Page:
Solving DDR4 timing problem with the help of SI analysis, real-life case study
One day we received an SOS call from Erik, who works at a company that develops communication systems.
Erik’s team was testing the hardware of their latest prototype, including an NXP QorIQ processor and DDR4 memory. They experienced some timing issues and were not able to get their hardware up and running. Our engineers investigated the board and found DDR4 timing issues using a Signal Integrity analysis(SI). We made a Board Support Package (BSP) with work-arounds. The result? Erik reacts relieved: ‘’In the end, we had the board up and running within a day.’’
‘’When we called, we had been trying to get our hardware up and running, without success’’
Erik’s team built their first design using DDR4 memory. They were careful to keep the DDR4 SDRAM implementation details close to reference designs. To avoid potential issues, they closely followed NXP application notes. PCB design was done with the help of external PCB consultants, who used Altium layout tools to keep crosstalk under control. To compensate for missing simulation tools, they chose a 12 layer PCB stack-up and paid close attention to line width, material parameters, line impedance, and termination resistors.
Before the call, Erik’s team had already done quite an extensive investigation. They had identified some design flaws. They had implemented work-arounds that allowed them to boot their boards and ran a few memory tests. The main issue at the time of calling was a failing clocks centering/adjustment test. We felt a little blindfolded, and didn’t know how to go proceed. We were seeking the help of someone who had done it before, and found Sintecs through the NXP website.”
‘’The nice thing about signal integrity analysis is that it does not just confirm that the problem is likely to occur, but also tells you where it comes from.’’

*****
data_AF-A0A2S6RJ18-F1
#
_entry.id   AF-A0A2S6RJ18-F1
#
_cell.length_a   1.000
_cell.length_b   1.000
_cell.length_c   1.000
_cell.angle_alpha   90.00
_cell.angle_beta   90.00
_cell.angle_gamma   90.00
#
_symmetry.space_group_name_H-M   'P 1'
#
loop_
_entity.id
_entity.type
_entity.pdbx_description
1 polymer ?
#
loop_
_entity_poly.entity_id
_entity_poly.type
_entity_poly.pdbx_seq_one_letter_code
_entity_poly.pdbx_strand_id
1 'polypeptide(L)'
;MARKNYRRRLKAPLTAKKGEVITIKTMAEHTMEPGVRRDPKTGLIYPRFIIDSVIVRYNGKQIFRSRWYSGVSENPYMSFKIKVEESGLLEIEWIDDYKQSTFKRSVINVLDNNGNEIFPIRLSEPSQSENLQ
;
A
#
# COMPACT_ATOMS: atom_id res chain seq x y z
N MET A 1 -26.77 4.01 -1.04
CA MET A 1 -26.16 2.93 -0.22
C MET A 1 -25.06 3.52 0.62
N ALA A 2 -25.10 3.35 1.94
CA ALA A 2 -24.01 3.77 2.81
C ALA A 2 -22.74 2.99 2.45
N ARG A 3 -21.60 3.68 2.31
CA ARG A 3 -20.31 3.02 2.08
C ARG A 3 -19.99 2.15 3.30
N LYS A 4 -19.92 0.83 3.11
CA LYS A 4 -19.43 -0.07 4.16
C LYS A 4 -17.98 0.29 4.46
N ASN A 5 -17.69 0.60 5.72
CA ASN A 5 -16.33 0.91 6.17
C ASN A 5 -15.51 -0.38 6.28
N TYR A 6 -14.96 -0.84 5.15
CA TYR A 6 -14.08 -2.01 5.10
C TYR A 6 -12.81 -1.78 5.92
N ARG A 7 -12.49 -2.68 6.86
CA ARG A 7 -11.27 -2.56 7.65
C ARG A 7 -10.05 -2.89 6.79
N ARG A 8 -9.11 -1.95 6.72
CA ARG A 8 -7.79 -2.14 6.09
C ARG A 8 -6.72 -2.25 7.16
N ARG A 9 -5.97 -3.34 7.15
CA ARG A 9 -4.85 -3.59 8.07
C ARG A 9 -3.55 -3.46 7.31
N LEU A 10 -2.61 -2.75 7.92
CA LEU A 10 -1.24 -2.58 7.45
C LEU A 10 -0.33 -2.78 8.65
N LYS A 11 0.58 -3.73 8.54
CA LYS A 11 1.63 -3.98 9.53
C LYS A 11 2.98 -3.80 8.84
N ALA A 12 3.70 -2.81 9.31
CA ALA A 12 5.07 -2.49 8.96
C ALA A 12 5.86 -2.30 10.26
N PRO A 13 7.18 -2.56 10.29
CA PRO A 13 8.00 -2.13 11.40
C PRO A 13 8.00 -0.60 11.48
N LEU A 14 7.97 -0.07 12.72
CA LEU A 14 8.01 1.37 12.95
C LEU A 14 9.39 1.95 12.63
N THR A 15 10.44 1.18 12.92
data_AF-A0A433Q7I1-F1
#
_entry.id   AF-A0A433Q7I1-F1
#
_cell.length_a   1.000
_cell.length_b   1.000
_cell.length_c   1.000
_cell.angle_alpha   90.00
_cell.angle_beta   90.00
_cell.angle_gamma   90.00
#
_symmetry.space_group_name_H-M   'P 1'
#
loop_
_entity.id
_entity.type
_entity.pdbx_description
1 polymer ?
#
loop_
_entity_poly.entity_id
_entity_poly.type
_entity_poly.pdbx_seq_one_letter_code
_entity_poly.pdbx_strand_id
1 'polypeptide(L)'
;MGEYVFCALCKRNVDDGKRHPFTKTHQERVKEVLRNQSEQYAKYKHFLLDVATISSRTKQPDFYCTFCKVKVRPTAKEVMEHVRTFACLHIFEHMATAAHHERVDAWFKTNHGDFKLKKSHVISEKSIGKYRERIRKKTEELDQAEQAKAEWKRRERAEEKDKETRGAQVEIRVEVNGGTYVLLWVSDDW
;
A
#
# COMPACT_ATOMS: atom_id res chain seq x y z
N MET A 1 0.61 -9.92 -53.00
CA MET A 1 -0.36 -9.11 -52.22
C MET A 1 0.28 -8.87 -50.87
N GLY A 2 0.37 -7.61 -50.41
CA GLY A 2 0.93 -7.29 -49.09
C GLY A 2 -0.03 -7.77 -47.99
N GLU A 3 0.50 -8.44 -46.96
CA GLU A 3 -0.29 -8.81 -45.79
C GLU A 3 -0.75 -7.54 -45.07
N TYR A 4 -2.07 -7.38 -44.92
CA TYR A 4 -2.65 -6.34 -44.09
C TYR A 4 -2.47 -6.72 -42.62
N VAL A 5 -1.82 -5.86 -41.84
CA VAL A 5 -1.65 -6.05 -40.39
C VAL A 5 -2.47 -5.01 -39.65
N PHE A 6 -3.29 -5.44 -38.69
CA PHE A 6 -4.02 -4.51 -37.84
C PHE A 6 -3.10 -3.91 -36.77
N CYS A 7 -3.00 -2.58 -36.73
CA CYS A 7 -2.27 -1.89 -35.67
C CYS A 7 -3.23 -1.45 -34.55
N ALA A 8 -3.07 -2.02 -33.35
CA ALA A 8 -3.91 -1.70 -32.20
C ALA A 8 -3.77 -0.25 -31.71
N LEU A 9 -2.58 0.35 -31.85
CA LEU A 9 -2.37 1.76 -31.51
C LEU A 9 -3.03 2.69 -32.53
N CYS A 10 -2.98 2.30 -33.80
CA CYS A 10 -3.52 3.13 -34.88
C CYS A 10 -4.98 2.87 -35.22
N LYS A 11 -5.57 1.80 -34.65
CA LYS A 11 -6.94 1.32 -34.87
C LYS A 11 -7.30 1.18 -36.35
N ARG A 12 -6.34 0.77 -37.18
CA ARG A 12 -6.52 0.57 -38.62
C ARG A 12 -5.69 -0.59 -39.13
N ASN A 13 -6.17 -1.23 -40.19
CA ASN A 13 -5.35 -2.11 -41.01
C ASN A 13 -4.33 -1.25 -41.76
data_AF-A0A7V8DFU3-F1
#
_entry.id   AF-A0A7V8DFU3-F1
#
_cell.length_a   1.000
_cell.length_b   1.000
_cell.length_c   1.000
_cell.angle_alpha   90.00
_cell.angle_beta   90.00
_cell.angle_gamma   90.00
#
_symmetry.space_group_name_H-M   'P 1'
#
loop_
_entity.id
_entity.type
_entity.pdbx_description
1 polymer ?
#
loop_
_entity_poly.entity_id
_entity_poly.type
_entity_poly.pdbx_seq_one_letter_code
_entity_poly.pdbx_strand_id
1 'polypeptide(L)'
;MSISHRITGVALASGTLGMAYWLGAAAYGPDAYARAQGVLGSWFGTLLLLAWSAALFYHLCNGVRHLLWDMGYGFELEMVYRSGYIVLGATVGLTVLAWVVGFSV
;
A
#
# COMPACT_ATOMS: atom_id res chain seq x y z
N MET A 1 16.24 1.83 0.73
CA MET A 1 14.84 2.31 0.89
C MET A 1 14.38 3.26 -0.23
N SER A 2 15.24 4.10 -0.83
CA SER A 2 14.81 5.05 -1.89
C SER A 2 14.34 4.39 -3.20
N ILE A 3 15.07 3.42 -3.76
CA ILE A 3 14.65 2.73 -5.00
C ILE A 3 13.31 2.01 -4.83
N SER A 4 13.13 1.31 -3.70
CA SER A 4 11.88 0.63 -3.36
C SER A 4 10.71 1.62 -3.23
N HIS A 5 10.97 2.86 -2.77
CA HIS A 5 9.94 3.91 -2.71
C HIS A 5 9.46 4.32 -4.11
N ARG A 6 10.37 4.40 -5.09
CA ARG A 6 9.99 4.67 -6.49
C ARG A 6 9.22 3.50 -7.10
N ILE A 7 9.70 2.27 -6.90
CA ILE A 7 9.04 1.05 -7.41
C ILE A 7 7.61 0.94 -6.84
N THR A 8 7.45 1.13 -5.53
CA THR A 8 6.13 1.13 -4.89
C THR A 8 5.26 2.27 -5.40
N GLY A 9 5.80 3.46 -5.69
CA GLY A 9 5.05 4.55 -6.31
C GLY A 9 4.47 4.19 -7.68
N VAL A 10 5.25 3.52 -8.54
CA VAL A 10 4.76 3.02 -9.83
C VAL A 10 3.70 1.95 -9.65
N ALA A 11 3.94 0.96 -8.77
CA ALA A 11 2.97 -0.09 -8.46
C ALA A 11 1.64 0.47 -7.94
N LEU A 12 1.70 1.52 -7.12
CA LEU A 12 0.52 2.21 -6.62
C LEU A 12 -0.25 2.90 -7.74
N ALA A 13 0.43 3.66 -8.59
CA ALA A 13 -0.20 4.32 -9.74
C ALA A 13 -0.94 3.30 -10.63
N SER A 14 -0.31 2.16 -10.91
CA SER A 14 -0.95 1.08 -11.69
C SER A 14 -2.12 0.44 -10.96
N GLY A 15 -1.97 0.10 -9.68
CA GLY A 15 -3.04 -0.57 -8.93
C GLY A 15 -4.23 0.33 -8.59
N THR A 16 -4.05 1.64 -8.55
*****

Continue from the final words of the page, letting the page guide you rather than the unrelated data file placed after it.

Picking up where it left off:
After signing the NDA we first and foremost focused on the signal integrity analysis for the DDR4. Based on signal integrity analysis and simulation results, we essentially concluded the same as Erik’s team had found in the prototype: ‘’The address bus and the clock would most likely not work.’’ The nice thing about signal integrity analysis is that it does not just confirm that the problem is likely to occur. It also tells you where it comes from, based on simulations. What we often notice when a design needs troubleshooting, is that the engineer has continued to use a way of working that always has been good practice – but no longer is. Such as in this case the conventional vias. With the help of the simulations, we could see that the use of standard vias led to reflection (ringback). Our advice to Erik was to use micro vias and buried vias in a subsequent design round, so that the reflections of the signals through the vias would be minimized. Redesigning the board, using a different PCB stack-up, was the only way to get rid of all problems.
‘’Sintecs gave the prototype boards more value than we expected when we called’’
Erik clarifies: ‘’Not only did Sintecs solve the DDR4 timing issues, they also helped with the Board Support Package, to quickly get the board up and running when we had issues with internal resource capacity.’’ Erik’s team had their first application up and running within a day after we delivered the BSP. “The small incremental deliveries helped us to develop the prototype step by step and helped us to meet a deadline.” “Sintecs gave the prototype boards more value than we expected initially. Ultimately we could get the boards up and running, and were able to test all the main parts of our prototype design. For that reason we’ll give them the assignment for the next prototype, earlier in the design. Sintecs will make the next PCB design with signal integrity and timing analysis to avoid issues before they arise.”
For reasons of discretion, we do not use our customer’s real name